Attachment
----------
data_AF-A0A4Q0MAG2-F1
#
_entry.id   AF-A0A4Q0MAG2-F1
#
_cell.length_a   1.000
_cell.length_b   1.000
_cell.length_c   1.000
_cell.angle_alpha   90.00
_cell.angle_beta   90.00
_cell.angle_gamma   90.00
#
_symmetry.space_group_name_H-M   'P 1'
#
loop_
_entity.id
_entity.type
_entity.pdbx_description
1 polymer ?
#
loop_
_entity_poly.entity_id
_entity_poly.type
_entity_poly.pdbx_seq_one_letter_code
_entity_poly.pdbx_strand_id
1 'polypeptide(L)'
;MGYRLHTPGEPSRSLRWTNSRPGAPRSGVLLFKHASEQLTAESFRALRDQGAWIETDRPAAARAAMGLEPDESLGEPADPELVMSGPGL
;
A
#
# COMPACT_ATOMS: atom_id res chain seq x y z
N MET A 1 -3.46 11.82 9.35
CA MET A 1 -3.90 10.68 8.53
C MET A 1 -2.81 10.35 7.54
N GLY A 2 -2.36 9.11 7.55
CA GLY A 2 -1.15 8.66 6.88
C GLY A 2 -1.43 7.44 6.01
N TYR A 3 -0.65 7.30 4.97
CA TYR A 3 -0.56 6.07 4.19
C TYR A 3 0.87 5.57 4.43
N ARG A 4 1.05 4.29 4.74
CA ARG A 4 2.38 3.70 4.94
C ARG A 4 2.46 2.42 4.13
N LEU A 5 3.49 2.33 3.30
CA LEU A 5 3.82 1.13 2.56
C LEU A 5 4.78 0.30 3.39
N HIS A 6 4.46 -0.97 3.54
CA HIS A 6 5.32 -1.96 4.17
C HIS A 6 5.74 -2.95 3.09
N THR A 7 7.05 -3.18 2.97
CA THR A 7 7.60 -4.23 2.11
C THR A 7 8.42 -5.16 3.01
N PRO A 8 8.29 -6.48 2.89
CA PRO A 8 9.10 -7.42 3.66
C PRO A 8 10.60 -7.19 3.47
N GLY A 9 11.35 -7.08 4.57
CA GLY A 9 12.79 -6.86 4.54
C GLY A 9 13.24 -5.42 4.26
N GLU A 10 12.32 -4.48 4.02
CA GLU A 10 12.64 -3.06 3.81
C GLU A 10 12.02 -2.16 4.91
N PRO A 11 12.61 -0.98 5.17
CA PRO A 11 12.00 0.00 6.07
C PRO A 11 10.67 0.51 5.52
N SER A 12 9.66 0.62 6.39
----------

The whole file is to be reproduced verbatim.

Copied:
data_AF-A0A4Q0MAG2-F1
#
_entry.id   AF-A0A4Q0MAG2-F1
#
_cell.length_a   1.000
_cell.length_b   1.000
_cell.length_c   1.000
_cell.angle_alpha   90.00
_cell.angle_beta   90.00
_cell.angle_gamma   90.00
#
_symmetry.space_group_name_H-M   'P 1'
#
loop_
_entity.id
_entity.type
_entity.pdbx_description
1 polymer ?
#
loop_
_entity_poly.entity_id
_entity_poly.type
_entity_poly.pdbx_seq_one_letter_code
_entity_poly.pdbx_strand_id
1 'polypeptide(L)'
;MGYRLHTPGEPSRSLRWTNSRPGAPRSGVLLFKHASEQLTAESFRALRDQGAWIETDRPAAARAAMGLEPDESLGEPADPELVMSGPGL
;
A
#
# COMPACT_ATOMS: atom_id res chain seq x y z
N MET A 1 -3.46 11.82 9.35
CA MET A 1 -3.90 10.68 8.53
C MET A 1 -2.81 10.35 7.54
N GLY A 2 -2.36 9.11 7.55
CA GLY A 2 -1.15 8.66 6.88
C GLY A 2 -1.43 7.44 6.01
N TYR A 3 -0.65 7.30 4.97
CA TYR A 3 -0.56 6.07 4.19
C TYR A 3 0.87 5.57 4.43
N ARG A 4 1.05 4.29 4.74
CA ARG A 4 2.38 3.70 4.94
C ARG A 4 2.46 2.42 4.13
N LEU A 5 3.49 2.33 3.30
CA LEU A 5 3.82 1.13 2.56
C LEU A 5 4.78 0.30 3.39
N HIS A 6 4.46 -0.97 3.54
CA HIS A 6 5.32 -1.96 4.17
C HIS A 6 5.74 -2.95 3.09
N THR A 7 7.05 -3.18 2.97
CA THR A 7 7.60 -4.23 2.11
C THR A 7 8.42 -5.16 3.01
N PRO A 8 8.29 -6.48 2.89
CA PRO A 8 9.10 -7.42 3.66
C PRO A 8 10.60 -7.19 3.47
N GLY A 9 11.35 -7.08 4.57
CA GLY A 9 12.79 -6.86 4.54
C GLY A 9 13.24 -5.42 4.26
N GLU A 10 12.32 -4.48 4.02
CA GLU A 10 12.64 -3.06 3.81
C GLU A 10 12.02 -2.16 4.91
N PRO A 11 12.61 -0.98 5.17
CA PRO A 11 12.00 0.00 6.07
C PRO A 11 10.67 0.51 5.52
N SER A 12 9.66 0.62 6.39